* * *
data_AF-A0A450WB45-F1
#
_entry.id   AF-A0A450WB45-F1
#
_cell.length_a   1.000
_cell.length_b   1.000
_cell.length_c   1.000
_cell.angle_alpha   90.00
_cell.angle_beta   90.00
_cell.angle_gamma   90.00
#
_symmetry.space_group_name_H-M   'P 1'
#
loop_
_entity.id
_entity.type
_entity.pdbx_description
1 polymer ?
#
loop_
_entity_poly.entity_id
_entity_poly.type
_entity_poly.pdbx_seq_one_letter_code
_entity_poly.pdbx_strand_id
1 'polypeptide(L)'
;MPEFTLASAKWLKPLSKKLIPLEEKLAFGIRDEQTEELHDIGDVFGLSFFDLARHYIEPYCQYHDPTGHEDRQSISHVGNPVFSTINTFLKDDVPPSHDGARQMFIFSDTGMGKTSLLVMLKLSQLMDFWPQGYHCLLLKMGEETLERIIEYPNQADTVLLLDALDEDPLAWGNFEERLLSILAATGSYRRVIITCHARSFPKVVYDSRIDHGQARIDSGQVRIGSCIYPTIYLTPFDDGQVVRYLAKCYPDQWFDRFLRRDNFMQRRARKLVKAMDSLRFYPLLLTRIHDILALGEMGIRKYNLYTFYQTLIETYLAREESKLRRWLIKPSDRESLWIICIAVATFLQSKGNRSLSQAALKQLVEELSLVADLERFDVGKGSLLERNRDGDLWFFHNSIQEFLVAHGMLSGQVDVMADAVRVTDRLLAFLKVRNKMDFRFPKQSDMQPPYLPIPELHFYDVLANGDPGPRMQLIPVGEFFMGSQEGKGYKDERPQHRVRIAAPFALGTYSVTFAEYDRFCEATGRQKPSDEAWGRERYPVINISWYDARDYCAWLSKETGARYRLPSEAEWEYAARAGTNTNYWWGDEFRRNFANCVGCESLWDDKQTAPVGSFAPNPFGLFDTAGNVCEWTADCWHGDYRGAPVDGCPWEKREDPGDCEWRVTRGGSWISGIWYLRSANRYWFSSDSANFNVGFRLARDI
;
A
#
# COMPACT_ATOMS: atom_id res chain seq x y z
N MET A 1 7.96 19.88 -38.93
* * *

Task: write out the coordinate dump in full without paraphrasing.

data_AF-A0A450WB45-F1
#
_entry.id   AF-A0A450WB45-F1
#
_cell.length_a   1.000
_cell.length_b   1.000
_cell.length_c   1.000
_cell.angle_alpha   90.00
_cell.angle_beta   90.00
_cell.angle_gamma   90.00
#
_symmetry.space_group_name_H-M   'P 1'
#
loop_
_entity.id
_entity.type
_entity.pdbx_description
1 polymer ?
#
loop_
_entity_poly.entity_id
_entity_poly.type
_entity_poly.pdbx_seq_one_letter_code
_entity_poly.pdbx_strand_id
1 'polypeptide(L)'
;MPEFTLASAKWLKPLSKKLIPLEEKLAFGIRDEQTEELHDIGDVFGLSFFDLARHYIEPYCQYHDPTGHEDRQSISHVGNPVFSTINTFLKDDVPPSHDGARQMFIFSDTGMGKTSLLVMLKLSQLMDFWPQGYHCLLLKMGEETLERIIEYPNQADTVLLLDALDEDPLAWGNFEERLLSILAATGSYRRVIITCHARSFPKVVYDSRIDHGQARIDSGQVRIGSCIYPTIYLTPFDDGQVVRYLAKCYPDQWFDRFLRRDNFMQRRARKLVKAMDSLRFYPLLLTRIHDILALGEMGIRKYNLYTFYQTLIETYLAREESKLRRWLIKPSDRESLWIICIAVATFLQSKGNRSLSQAALKQLVEELSLVADLERFDVGKGSLLERNRDGDLWFFHNSIQEFLVAHGMLSGQVDVMADAVRVTDRLLAFLKVRNKMDFRFPKQSDMQPPYLPIPELHFYDVLANGDPGPRMQLIPVGEFFMGSQEGKGYKDERPQHRVRIAAPFALGTYSVTFAEYDRFCEATGRQKPSDEAWGRERYPVINISWYDARDYCAWLSKETGARYRLPSEAEWEYAARAGTNTNYWWGDEFRRNFANCVGCESLWDDKQTAPVGSFAPNPFGLFDTAGNVCEWTADCWHGDYRGAPVDGCPWEKREDPGDCEWRVTRGGSWISGIWYLRSANRYWFSSDSANFNVGFRLARDI
;
A
#
# COMPACT_ATOMS: atom_id res chain seq x y z
N MET A 1 7.96 19.88 -38.93